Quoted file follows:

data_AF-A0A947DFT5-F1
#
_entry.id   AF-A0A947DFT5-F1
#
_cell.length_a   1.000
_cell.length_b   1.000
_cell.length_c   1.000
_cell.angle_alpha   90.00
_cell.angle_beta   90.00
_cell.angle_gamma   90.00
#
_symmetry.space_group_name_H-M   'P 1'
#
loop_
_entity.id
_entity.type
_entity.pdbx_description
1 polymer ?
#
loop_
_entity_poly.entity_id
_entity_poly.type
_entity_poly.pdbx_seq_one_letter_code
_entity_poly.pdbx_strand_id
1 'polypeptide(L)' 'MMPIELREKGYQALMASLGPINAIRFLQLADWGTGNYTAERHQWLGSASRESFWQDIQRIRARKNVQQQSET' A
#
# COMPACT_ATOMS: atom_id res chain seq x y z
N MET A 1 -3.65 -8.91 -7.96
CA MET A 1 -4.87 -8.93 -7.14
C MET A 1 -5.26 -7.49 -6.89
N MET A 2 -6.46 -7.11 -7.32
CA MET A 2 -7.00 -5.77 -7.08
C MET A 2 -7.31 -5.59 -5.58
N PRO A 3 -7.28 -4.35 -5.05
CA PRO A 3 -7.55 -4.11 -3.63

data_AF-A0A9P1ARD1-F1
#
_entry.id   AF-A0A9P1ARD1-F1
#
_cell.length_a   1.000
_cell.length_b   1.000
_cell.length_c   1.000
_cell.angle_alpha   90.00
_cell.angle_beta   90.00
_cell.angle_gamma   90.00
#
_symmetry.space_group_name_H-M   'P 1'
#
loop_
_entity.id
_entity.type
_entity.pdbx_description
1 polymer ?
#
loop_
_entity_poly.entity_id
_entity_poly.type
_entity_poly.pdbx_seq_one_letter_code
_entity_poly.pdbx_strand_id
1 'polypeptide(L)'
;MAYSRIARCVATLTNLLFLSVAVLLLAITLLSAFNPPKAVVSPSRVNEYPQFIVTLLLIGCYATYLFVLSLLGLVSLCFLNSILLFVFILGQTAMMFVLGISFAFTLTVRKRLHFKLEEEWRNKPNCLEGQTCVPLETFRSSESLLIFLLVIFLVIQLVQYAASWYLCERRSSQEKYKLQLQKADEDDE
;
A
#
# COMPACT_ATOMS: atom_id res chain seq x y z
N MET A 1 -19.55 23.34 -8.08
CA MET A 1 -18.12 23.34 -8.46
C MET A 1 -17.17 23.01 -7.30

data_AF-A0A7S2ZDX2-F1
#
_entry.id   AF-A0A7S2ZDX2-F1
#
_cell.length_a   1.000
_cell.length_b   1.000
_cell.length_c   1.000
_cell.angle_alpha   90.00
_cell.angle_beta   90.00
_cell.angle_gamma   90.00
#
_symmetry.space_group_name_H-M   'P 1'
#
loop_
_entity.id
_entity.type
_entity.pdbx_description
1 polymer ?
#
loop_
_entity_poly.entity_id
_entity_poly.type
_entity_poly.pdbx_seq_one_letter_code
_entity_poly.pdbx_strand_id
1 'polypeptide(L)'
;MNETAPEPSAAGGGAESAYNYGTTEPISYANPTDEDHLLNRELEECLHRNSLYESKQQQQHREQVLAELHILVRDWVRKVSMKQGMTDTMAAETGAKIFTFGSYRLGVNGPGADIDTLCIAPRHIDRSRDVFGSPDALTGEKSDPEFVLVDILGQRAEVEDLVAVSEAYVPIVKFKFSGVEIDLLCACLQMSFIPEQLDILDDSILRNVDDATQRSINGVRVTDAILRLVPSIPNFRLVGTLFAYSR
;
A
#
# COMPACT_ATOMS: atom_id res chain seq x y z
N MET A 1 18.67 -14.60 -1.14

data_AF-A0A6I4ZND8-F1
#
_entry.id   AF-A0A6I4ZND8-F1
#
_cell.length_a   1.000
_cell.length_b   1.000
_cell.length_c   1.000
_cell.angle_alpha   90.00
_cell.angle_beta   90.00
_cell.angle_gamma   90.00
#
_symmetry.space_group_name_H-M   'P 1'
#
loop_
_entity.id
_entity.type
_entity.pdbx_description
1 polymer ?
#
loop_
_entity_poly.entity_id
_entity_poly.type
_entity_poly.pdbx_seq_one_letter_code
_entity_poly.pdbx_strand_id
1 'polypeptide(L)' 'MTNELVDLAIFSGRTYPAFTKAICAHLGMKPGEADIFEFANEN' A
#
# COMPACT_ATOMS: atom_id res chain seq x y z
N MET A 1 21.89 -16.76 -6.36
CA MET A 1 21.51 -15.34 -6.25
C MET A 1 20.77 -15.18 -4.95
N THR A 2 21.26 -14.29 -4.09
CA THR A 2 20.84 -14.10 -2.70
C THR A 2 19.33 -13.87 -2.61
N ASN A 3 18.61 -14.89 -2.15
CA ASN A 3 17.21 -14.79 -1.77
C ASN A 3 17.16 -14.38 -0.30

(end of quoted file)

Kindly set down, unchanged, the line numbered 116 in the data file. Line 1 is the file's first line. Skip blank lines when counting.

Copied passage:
_entity.pdbx_description